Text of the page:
DIY Fresh…Polenta Fries and BC Cherry Catsup

There are few Canadian food combinations as classic as fries and ketchup unless, of course, you grew up eating mayo with your fries like I did. Us ‘mayo folk’ can’t understand the sweetness – commercial ketchup has always struck me as an oddly sweet and sour paste. Of course, ketchup lovers tend to look at us pouring rich, white mayo over fries like we are on the next ambulance to a triple bypass.

However, quite a few years back now, I was enlightened on the ketchup front by the banana catsup and masala fries served by my once favourite, now defunct restaurant, Monsoon. This was a magical blend of sweet and savoury and the banana flavour, which you would expect to be strange, was transcendent. Not too sweet, balanced acidity (but not sour) and plenty of spice. Oh, how I miss that snack! And the mango cocktails…but I digress.

Another favourite Main St haunt, the Cascade Room, introduced me to the marvels of polenta fries. Crisp on the outside, creamy (and solar hot!) on the inside. They serve theirs with a curried mayo and well, probably deep fry that goodness. Heather and I thought we could take another turn on the catsup train with one of the most luscious fruits of the summer: cherries. So this, our first DIY Fresh post is all about making a classic (but typically lifeless and over processed) food pairing and making it fresh, healthy and exciting. Heather has created a sweet and spicy catsup and I had some fun serving up polenta fries. Talk about a perfect pair!

Polenta Fries, Two Ways, with BC Cherry Catsup

Basic Polenta

1 cup organic corn polenta
3 cups of water
1/2 tsp sea salt

butter or olive oil for greasing pans

Parmesan Sage Variation

1/4 cup shredded fresh sage
1/4 cup freshly grated Parmigiano Reggiano
Salt and pepper to taste

Pistachio Vanilla Variation

1/4 cup pistachios, chopped
1/4 tsp freshly scraped vanilla bean paste
1 – 2 tbsp honey, depending on desired sweetness

To make the polenta, you’ll need a strong arm or a companion with a strong arm. Ply them with wine as they toil away. As an Italian chef friend taught me, most of us seriously undercook our polenta. Those 5 minute recipes? Sacrilege! You gotta work!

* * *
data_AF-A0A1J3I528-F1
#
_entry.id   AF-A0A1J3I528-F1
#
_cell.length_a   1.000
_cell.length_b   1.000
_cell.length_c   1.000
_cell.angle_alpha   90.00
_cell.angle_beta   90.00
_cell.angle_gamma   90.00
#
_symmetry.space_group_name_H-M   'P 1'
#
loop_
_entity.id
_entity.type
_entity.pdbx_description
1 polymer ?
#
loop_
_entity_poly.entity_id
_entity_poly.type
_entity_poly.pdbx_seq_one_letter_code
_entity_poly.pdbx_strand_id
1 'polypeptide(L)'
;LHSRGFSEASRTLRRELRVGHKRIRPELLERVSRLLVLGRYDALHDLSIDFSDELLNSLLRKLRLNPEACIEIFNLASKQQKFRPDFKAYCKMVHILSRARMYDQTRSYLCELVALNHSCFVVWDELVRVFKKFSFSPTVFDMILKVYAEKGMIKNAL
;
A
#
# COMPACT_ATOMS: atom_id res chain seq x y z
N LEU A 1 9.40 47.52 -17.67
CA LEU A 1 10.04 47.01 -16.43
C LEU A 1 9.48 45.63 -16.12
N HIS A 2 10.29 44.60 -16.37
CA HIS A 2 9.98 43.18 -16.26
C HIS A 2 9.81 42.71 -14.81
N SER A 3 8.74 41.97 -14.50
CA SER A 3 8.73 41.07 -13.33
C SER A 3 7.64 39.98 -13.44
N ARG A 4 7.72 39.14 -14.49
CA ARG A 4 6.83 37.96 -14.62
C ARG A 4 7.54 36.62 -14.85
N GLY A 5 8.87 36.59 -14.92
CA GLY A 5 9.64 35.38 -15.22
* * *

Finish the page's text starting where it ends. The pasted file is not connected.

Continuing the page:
Line an 8 x 8 baking dish with parchment down the centre and across two sides and grease with olive oil or butter, as desired.

In a large pasta pot, stir polenta, water and salt and bring to a boil. Lower heat slightly to a rapid simmer and stir the heck out of the polenta with the longest spoon you have until fully cooked and very thick, about 25 – 30 minutes. Don’t stop stirring – it will stick and burn. Watch out for the angry corn grits as they spit and pop.

Stir your selected seasonings through the polenta. Pour the polenta into the greased, lined pan as evenly as possible. Allow to cool for a minute or two and when it is touchable, rub hands with either butter or oil and coax the polenta into an even, flat shape. Allow to cool further and then chill for at least one hour or overnight (make ahead alert!).

When chilled, turn out onto a cutting board and then cut polenta into quarters (4 even squares). Cut each square into 4 fries to make 16 fries.

To cook, you have two options. Hmm…polenta fries two ways with two ways to cook? Technically, that is polenta fries 4 ways!

1. Preheat oven to 425°F. Place polenta fries on a Silpat-lined cookie sheet and bake until golden brown and crispy, turning once halfway through (about 15 minutes a side). If the fries aren’t crisped enough, they can break as you flip them – watch out.

2. In a large frying pan, pour enough oil to cover the bottom of the pan by a few millimetres. Heat oil over medium high and when hot enough (touch a fry to the pan and if it bubbles, it’s ready) place half the polenta fries in the pan. Don’t overcrowd. Cook until golden and crisp, about 5 minutes then turn over and cook. Keep fries hot in the oven at 200°F until ready to serve.

BC Cherry Catsup
makes 1-1/2 cups.
4 cups sweet BC cherries (about 1-1/2 lbs)
1/4 cup apple cider vinegar
2 tbsp water
2 tbsp granulated sugar
3 tbsp shallot or red onion, finely minced
1/4 tsp ground ginger
1/4 tsp ground cloves
1/4 tsp ground ground cinnamon
1/8 tsp ground ancho chili pepper or cayenne pepper

Pit cherries and measure 4 cups of fruit. Place cherries and all other ingredients in a large saucepan. Bring to a simmer over medium heat. Reduce heat to medium-low and simmer until fruit is tender, about 25-30 minutes. Allow to cool.
Transfer to a blender or food processor and process until fairly smooth. Cool completely. Store in the refrigerator for 2 weeks or fill in canning jars and process in a water bath.

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